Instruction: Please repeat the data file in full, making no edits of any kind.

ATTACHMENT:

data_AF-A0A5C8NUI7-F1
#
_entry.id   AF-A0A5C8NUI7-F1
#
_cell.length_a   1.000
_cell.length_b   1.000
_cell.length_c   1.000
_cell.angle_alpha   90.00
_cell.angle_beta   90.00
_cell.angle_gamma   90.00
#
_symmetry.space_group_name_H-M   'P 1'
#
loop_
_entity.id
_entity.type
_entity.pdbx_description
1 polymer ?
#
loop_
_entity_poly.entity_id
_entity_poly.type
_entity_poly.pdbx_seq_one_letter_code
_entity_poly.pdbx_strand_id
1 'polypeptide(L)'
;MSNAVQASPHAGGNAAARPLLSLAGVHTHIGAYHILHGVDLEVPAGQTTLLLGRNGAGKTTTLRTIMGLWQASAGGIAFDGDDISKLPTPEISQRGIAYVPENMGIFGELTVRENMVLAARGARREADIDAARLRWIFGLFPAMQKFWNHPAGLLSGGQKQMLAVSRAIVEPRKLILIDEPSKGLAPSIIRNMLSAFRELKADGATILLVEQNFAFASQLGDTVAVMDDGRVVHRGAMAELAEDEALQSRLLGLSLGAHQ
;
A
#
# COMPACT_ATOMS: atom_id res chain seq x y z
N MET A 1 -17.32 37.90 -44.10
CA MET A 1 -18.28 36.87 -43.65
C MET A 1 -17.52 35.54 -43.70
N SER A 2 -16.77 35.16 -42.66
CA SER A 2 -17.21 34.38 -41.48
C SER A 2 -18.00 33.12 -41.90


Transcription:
data_AF-A0A5C8NUI7-F1
#
_entry.id   AF-A0A5C8NUI7-F1
#
_cell.length_a   1.000
_cell.length_b   1.000
_cell.length_c   1.000
_cell.angle_alpha   90.00
_cell.angle_beta   90.00
_cell.angle_gamma   90.00
#
_symmetry.space_group_name_H-M   'P 1'
#
loop_
_entity.id
_entity.type
_entity.pdbx_description
1 polymer ?
#
loop_
_entity_poly.entity_id
_entity_poly.type
_entity_poly.pdbx_seq_one_letter_code
_entity_poly.pdbx_strand_id
1 'polypeptide(L)'
;MSNAVQASPHAGGNAAARPLLSLAGVHTHIGAYHILHGVDLEVPAGQTTLLLGRNGAGKTTTLRTIMGLWQASAGGIAFDGDDISKLPTPEISQRGIAYVPENMGIFGELTVRENMVLAARGARREADIDAARLRWIFGLFPAMQKFWNHPAGLLSGGQKQMLAVSRAIVEPRKLILIDEPSKGLAPSIIRNMLSAFRELKADGATILLVEQNFAFASQLGDTVAVMDDGRVVHRGAMAELAEDEALQSRLLGLSLGAHQ
;
A
#
# COMPACT_ATOMS: atom_id res chain seq x y z
N MET A 1 -17.32 37.90 -44.10
CA MET A 1 -18.28 36.87 -43.65
C MET A 1 -17.52 35.54 -43.70
N SER A 2 -16.77 35.16 -42.66
CA SER A 2 -17.21 34.38 -41.48
C SER A 2 -18.00 33.12 -41.90